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Ancestries in corona times

Tensing Rodrigues

The title of this article may indeed sound off the topic; or a symptom of the corona fixation that seems to have spread virulently; nothing of the sort. Today I would like to share with you a recent, and a rare, study to investigate the association between the genetic ancestries and the probability of COVID-19 manifestation. The purpose is not to disseminate further information on COVID-19. The study is read in the context of our long investigation of the probable genetic roots of the komkni people. Many have found the obsession with the ancestries unjustified, because ultimately the ancestries translate into ‘castes’. We have consistently held that the two are entirely different concepts; caste is an essentially hierarchical concept and therefore divisive; as against this ancestries which link us objectively to the different groups, and therefore are essentially unifying.

The genetic study, the first of its type I know of, is by Ranajit Das and Sudeep Ghate of Yenepoya Research Centre, Mangaluru, Karnataka, published on April 5, 2020. [Das & Ghate, 2020: Investigating The Likely Association Between Genetic Ancestry And COVID-19 Manifestation, medRxiv preprint, .20054627] Being sort of a forerunner, it has the shortcoming of being preliminary; its results have to be corroborated by further studies. Also, it is based on publicly available data, and not on detailed analysis of individual genomic sequence data from COVID-19 patients of varied ancestries. Genome data for the study was obtained from the personal database of Dr David Reich’s Lab, Harvard Medical School, USA; the final dataset comprised of 10,215 ancient and modern genomes across the globe assessing 597,573 single nucleotide polymorphisms. COVID-19 data was obtained from 2019 Novel Coronavirus COVID-19 (2019-nCoV) Data Repository by Johns Hopkins CSSE, data as on April 5, 2020. Indian data was obtained from Government of India coronavirus portal. In spite of its methodological shortcomings, it merits attention because it is by pure geneticists, who do not have any social, political or commercial bias.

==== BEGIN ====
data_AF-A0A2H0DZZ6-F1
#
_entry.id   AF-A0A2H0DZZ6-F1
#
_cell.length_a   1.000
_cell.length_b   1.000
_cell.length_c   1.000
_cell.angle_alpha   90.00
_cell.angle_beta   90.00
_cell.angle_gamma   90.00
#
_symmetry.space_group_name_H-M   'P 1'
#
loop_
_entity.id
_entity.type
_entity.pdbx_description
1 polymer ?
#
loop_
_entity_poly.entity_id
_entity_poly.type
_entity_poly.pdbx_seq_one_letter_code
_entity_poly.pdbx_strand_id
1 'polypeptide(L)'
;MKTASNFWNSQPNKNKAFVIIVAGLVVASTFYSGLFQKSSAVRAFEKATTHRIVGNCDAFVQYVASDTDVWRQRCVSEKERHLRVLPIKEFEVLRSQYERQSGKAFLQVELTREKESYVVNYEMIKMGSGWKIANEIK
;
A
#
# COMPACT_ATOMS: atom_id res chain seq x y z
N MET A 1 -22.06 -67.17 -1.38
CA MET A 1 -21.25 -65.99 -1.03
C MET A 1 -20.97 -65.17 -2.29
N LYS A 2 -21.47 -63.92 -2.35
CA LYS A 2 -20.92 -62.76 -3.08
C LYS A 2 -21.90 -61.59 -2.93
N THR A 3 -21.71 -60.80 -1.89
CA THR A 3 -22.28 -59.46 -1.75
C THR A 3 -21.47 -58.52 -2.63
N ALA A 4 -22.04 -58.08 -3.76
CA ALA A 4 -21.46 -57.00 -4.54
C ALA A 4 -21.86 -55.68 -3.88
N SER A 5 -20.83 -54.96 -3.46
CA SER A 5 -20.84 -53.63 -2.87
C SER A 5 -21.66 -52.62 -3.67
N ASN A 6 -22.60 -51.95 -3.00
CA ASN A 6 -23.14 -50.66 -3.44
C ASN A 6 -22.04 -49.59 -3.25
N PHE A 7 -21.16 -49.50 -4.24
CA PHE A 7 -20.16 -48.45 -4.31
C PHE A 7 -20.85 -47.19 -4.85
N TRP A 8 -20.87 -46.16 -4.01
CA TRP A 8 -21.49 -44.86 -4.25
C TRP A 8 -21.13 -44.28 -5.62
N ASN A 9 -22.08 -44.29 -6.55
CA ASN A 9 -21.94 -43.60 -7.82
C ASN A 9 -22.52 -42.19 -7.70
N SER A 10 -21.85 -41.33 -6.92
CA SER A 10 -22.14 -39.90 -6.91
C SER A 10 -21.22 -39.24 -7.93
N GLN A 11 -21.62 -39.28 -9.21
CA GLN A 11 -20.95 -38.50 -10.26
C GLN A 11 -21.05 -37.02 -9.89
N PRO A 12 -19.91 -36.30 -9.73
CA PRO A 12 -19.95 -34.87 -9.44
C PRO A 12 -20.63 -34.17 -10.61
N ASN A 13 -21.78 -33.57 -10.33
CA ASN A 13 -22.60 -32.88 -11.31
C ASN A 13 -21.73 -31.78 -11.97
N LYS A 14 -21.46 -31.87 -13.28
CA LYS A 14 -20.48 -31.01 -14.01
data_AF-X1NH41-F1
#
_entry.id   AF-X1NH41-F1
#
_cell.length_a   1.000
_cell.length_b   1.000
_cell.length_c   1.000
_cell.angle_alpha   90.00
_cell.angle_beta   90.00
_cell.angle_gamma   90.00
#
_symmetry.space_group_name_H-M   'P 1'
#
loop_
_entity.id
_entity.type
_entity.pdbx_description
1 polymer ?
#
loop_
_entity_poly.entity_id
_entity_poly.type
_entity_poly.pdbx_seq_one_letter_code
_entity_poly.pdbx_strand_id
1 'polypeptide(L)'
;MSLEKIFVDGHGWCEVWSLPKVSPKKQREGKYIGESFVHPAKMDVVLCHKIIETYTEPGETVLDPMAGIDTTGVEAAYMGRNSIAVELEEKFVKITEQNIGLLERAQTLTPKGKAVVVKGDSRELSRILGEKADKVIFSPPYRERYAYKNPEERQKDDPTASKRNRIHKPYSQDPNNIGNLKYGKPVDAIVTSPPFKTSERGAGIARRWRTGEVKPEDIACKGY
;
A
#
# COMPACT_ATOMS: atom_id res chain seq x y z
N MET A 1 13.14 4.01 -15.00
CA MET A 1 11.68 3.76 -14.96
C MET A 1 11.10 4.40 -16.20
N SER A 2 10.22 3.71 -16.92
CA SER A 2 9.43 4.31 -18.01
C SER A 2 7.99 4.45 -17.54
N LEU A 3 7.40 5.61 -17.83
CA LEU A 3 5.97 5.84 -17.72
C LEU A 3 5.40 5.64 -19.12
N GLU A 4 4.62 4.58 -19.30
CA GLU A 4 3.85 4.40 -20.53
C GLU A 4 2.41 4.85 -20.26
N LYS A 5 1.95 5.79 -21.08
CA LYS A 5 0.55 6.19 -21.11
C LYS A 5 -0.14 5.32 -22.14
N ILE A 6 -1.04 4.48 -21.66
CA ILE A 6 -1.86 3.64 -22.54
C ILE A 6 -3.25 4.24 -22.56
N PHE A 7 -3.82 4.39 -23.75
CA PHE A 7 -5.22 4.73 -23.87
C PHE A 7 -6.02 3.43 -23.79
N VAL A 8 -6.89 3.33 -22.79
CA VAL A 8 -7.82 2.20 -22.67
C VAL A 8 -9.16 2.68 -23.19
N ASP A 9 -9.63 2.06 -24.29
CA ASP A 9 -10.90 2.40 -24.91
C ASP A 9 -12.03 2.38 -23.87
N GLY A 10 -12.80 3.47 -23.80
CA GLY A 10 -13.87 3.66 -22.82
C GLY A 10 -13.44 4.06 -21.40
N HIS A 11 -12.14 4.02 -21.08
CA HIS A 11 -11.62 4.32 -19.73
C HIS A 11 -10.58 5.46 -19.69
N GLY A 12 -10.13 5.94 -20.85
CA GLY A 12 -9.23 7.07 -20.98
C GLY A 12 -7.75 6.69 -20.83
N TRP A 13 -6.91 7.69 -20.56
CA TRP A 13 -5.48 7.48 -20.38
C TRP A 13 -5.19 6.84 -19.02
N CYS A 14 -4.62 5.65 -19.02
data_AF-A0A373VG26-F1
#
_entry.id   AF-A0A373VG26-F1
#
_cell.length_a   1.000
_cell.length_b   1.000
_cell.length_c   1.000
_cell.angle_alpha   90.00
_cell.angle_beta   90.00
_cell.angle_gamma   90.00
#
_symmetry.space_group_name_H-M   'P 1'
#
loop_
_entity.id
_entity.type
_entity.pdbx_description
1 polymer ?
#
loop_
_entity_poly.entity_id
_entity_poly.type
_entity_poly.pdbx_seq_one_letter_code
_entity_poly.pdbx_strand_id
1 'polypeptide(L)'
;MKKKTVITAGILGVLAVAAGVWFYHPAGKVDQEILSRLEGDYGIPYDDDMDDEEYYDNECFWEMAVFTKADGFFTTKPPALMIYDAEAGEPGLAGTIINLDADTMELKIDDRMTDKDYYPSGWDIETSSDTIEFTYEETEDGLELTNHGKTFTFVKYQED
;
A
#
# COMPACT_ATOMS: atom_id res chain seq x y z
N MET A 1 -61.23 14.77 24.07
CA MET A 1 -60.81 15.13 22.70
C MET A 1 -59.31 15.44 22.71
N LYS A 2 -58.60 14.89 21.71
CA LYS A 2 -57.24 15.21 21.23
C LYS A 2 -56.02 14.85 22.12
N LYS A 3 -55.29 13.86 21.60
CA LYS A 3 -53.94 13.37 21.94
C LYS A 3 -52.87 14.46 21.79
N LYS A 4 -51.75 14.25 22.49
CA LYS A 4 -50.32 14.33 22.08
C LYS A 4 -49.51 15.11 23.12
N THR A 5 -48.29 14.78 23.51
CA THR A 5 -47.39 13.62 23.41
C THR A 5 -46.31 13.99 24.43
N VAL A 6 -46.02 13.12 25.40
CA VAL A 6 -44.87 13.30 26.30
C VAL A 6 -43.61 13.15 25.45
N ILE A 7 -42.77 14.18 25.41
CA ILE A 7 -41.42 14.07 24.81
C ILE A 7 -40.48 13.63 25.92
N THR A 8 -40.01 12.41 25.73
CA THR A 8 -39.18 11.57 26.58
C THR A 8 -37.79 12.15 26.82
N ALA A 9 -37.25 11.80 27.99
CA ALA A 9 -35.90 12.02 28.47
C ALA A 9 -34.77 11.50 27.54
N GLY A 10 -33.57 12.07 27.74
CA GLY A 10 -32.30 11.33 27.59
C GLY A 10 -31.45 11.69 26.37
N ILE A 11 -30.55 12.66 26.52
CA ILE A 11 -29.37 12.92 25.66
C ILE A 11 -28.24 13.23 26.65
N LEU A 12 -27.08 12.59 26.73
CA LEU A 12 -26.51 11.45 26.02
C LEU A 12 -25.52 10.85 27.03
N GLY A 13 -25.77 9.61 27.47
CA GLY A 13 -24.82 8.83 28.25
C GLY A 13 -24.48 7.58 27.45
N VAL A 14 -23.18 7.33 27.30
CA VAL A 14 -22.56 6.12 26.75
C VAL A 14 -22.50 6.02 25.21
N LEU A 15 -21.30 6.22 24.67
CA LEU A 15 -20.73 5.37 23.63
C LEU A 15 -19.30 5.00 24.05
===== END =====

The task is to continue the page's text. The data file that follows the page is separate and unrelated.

Let us go straight to what matters to us; we shall be reading it in the context of the ethnic composition of the komkni people. You can find a broad picture of the komkni mosaic in ‘We The People of Komkan’ (May 3, 2020). The komkni people have “a long and complex history of admixture between immigrant gene-pools originating primarily in West Eurasia, Southeast Asia and the South Asian hunter-gatherer lineage”. Now let us connect these terms to what we have discussed up to now.

‘South Asian hunter-gatherer lineage’ refers to the descendants of the first modern humans out of Africa who likely arrived in India around 60,000 to 40,000 BCE. They have been named Ancient Ancestral South Indians (AASI). These could be the ancestors of the vetuvan or vedar found on the south eastern tip of the Indian peninsula and Sri Lanka, and possibly through them of the modern tamil. As of now we do not have any evidence of these earliest settlers in Komkan, even in the extended or trans-Sahyadri Komkan that we have called the Brhatkomkan; they could have been pushed out by the subsequent waves.